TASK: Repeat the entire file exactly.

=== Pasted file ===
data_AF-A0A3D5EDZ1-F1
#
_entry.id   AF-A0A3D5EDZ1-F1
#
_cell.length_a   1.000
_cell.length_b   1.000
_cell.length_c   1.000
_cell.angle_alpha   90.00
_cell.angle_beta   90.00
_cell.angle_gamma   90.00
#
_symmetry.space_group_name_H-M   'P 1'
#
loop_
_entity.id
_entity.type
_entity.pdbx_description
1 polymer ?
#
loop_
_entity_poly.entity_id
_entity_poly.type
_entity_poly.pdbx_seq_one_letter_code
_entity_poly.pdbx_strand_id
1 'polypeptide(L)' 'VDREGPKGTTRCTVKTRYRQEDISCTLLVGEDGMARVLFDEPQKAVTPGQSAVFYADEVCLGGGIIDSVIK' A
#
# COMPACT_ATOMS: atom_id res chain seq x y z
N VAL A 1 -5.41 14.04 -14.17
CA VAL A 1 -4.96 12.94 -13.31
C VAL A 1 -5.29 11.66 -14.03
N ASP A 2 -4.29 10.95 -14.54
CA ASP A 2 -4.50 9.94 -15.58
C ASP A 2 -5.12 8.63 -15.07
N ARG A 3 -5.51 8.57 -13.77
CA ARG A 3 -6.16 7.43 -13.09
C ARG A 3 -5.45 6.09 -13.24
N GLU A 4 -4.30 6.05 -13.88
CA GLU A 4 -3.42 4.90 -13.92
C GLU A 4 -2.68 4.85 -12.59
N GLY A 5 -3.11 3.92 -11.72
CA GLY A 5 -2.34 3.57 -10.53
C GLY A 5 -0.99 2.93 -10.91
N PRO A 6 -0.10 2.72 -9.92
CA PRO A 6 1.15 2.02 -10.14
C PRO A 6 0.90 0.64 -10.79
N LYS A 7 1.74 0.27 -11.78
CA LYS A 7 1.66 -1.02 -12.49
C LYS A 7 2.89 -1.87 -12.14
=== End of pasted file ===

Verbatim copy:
data_AF-A0A3D5EDZ1-F1
#
_entry.id   AF-A0A3D5EDZ1-F1
#
_cell.length_a   1.000
_cell.length_b   1.000
_cell.length_c   1.000
_cell.angle_alpha   90.00
_cell.angle_beta   90.00
_cell.angle_gamma   90.00
#
_symmetry.space_group_name_H-M   'P 1'
#
loop_
_entity.id
_entity.type
_entity.pdbx_description
1 polymer ?
#
loop_
_entity_poly.entity_id
_entity_poly.type
_entity_poly.pdbx_seq_one_letter_code
_entity_poly.pdbx_strand_id
1 'polypeptide(L)' 'VDREGPKGTTRCTVKTRYRQEDISCTLLVGEDGMARVLFDEPQKAVTPGQSAVFYADEVCLGGGIIDSVIK' A
#
# COMPACT_ATOMS: atom_id res chain seq x y z
N VAL A 1 -5.41 14.04 -14.17
CA VAL A 1 -4.96 12.94 -13.31
C VAL A 1 -5.29 11.66 -14.03
N ASP A 2 -4.29 10.95 -14.54
CA ASP A 2 -4.50 9.94 -15.58
C ASP A 2 -5.12 8.63 -15.07
N ARG A 3 -5.51 8.57 -13.77
CA ARG A 3 -6.16 7.43 -13.09
C ARG A 3 -5.45 6.09 -13.24
N GLU A 4 -4.30 6.05 -13.88
CA GLU A 4 -3.42 4.90 -13.92
C GLU A 4 -2.68 4.85 -12.59
N GLY A 5 -3.11 3.92 -11.72
CA GLY A 5 -2.34 3.57 -10.53
C GLY A 5 -0.99 2.93 -10.91
N PRO A 6 -0.10 2.72 -9.92
CA PRO A 6 1.15 2.02 -10.14
C PRO A 6 0.90 0.64 -10.79
N LYS A 7 1.74 0.27 -11.78
CA LYS A 7 1.66 -1.02 -12.49
C LYS A 7 2.89 -1.87 -12.14